The {Guest} Post About Rabbits And Their Lucky Feet

Today's guest rabbit chaser is Carl Carter from Carl's Lost & Found. I met Carl in real life at a blogger shindig in Birmingham and he immediately agreed to let me be his friend. No one can resist my stalking charms.

{image: just.Luc}

It’s not superstition. It’s simply physics, or biology, or something…

Pity the poor rabbit.

Not the effervescent Jamie who follows her bunny trails here, but the kind with fur and long ears. People kill them, cut off their feet, dye them, add cheap chains and sell them for $2.

For the moment, let's ignore the fact that the rabbit actually had four “lucky” feet. Cultures all over the world respect the rabbit’s foot, but they have rules. In North America, it’s believed to have grown out of the African-American hoodoo tradition. In that case, it had to be a left rear foot, killed or captured in a graveyard, preferably under a full moon and shot with a silver bullet.

We all have our own ways of controlling the universe. Tim Tebow's PDR (public displays of religion) have called attention to our habit of praying for a win. Last year, during the NFL playoffs, someone posted: "The Texans have had so many challenges this season. Please pray that God will give them a win on Sunday." He didn't give them that win.  Having thousands praying on both sidelines must put God in a terribly awkward position. 

Leaving issues of faith aside, it still comes down to engaging in some behavior to control some part of the universe.

We pick up a penny if it’s face up and leave it behind if it’s face down. Even the penny tradition can get complicated. At Texas A&M, students on their way to an exam will stop by the statue of former Governor Sul Ross, a former school president. Supposedly, ol’ Sul had always been willing to help out a student, but he would never accept more than a penny for his trouble. So the idea must be Ross is helping turn their wrong answers into right ones.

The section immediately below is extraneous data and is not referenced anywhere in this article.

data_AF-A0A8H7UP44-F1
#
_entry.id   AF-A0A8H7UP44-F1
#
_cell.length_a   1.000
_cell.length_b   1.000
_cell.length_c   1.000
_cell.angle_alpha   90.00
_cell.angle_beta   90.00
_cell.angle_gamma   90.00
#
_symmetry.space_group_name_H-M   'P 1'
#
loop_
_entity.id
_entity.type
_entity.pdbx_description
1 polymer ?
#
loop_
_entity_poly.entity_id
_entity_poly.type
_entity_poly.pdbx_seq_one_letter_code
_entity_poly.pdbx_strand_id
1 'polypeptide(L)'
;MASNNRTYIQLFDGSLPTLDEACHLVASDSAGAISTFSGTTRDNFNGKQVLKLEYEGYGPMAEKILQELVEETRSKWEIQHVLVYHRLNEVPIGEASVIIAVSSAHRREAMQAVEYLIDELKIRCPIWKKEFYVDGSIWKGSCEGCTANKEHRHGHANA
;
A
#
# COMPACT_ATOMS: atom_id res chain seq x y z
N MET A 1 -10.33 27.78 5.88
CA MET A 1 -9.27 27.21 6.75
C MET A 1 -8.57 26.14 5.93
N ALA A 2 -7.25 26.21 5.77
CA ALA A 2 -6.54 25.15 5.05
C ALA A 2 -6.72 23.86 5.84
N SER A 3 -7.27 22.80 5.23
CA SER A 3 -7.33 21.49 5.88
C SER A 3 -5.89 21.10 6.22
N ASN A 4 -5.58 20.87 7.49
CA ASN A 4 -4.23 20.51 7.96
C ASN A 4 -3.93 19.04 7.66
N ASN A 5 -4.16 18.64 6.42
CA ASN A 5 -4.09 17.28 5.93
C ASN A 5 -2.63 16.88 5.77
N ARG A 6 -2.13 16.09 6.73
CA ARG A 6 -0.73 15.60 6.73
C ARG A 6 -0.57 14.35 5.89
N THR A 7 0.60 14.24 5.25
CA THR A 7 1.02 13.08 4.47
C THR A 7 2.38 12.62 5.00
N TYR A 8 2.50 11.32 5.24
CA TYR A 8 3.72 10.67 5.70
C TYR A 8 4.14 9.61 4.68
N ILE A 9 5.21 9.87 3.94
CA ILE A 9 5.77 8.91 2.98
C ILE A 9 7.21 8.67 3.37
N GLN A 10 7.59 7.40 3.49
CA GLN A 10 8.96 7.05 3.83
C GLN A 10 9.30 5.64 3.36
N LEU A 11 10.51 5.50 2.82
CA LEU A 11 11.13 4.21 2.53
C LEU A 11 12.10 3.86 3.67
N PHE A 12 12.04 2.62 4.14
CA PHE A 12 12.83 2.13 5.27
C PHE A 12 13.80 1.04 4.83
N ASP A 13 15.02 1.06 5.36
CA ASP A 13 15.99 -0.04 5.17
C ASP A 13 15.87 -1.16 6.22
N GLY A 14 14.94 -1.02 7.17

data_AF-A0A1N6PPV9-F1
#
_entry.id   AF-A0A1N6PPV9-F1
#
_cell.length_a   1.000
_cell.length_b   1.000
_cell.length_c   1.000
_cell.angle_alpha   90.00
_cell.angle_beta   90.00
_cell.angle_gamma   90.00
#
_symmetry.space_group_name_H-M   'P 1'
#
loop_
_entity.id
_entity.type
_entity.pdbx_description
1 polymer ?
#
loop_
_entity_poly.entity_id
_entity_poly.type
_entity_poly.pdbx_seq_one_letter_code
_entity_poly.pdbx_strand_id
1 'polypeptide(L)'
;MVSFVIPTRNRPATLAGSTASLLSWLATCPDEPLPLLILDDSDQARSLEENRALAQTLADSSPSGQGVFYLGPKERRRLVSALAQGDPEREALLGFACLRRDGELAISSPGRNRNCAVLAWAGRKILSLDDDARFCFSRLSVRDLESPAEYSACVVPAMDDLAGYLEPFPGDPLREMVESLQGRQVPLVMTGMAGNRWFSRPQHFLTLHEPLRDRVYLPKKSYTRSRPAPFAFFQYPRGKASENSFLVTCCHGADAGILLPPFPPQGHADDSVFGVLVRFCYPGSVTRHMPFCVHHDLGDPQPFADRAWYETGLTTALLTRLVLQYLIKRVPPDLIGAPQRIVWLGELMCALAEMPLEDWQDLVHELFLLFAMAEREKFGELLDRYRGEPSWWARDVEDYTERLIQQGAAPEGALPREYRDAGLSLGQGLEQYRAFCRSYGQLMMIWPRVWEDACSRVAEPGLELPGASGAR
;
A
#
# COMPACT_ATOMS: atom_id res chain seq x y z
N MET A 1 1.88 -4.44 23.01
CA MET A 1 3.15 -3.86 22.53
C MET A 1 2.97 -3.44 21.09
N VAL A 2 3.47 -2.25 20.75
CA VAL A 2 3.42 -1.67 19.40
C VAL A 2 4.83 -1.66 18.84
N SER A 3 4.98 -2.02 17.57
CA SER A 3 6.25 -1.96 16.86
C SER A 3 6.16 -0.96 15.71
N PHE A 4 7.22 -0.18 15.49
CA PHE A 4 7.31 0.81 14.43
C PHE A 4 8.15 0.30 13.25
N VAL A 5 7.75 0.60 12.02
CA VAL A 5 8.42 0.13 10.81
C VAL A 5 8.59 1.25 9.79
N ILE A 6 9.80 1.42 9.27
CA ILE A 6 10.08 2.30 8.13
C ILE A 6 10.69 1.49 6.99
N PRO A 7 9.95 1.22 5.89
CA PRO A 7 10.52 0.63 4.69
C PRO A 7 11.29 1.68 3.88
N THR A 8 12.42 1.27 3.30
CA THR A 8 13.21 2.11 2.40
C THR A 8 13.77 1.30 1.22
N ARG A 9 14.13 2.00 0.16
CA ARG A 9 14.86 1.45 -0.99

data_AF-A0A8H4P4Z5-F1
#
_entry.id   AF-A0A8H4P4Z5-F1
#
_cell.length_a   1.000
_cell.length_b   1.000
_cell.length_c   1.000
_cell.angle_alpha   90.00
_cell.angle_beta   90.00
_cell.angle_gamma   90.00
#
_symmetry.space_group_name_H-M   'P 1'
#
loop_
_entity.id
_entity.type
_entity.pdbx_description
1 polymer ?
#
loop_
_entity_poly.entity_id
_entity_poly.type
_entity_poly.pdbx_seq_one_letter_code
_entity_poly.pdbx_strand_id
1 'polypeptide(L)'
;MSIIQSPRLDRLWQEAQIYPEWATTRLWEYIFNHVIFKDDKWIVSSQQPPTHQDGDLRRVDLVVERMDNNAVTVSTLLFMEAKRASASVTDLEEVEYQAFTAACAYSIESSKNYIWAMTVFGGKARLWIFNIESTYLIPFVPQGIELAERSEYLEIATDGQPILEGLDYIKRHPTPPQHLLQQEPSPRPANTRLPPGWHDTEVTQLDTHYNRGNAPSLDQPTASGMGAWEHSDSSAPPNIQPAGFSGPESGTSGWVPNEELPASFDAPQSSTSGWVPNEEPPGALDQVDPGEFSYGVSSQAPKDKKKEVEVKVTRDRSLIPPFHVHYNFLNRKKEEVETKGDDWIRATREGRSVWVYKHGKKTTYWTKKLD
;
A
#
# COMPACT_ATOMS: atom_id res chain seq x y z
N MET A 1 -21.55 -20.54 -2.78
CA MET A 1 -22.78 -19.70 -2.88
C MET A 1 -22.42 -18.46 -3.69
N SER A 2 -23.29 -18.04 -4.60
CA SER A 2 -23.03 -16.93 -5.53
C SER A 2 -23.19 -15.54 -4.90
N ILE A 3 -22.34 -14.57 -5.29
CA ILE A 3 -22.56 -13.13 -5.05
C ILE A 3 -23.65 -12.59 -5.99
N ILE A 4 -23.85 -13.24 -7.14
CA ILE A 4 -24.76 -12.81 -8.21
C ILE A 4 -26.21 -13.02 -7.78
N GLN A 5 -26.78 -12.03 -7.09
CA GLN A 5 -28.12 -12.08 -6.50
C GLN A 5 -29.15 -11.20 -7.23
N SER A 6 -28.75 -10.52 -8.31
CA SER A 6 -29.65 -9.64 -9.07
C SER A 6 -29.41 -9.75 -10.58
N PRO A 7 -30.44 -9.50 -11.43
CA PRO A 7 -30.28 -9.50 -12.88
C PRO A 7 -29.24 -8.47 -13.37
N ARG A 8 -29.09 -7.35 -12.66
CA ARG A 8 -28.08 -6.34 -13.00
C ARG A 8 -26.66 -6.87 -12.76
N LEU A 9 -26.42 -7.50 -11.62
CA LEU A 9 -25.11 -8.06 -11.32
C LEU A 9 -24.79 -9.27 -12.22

The real luck may belong to the person who comes along next October 20 and picks up those pennies. The Aggies play LSU that day. Welcome to the SEC.

I’m not immune to this human need to control the universe. In my case, it all started when I was a kid at the railroad tracks in Woodlawn, Alabama. Everyone pretty much accepted you shouldn’t be touching anything with your hands or feet when your car crossed the tracks. Whenever we approached the crossing, we raised our hands and lifted our feet off the floorboard. It's an impressive feat when driving a straight shift.

But most of my superstitions developed independently over time. As noted in a recent post on my blog MediaGuyCarl.com - one of mine is watches. I own several. When I've had a bad day, it’s because the watch has run out of luck, so I try a different one the next day. I’ve been known to go home in the middle of a very bad day and change watches.

Another is a fear of turning 360 degrees. This only applies when walking or standing, and I’m very strict about it. When I shower and turn my back to rinse, I’m careful to turn back the same way. When I cut the grass, I make sure I alternate right and left turns. This one can get downright comical when I’ve got my two dogs on leashes and they start circling in opposite directions.

I’ll let somebody else figure out the complex psychological, biological and physical origins of these. For me, it’s just a matter of covering all the bases.

How do you cover the bases? Do you have any superstitions? 

Carl Carter is a PR professional, media watcher, woodworker, grandpa, and pen turner. He loves good dogs, good beers and good burgers. Read his blog. Follow him on Twitter.

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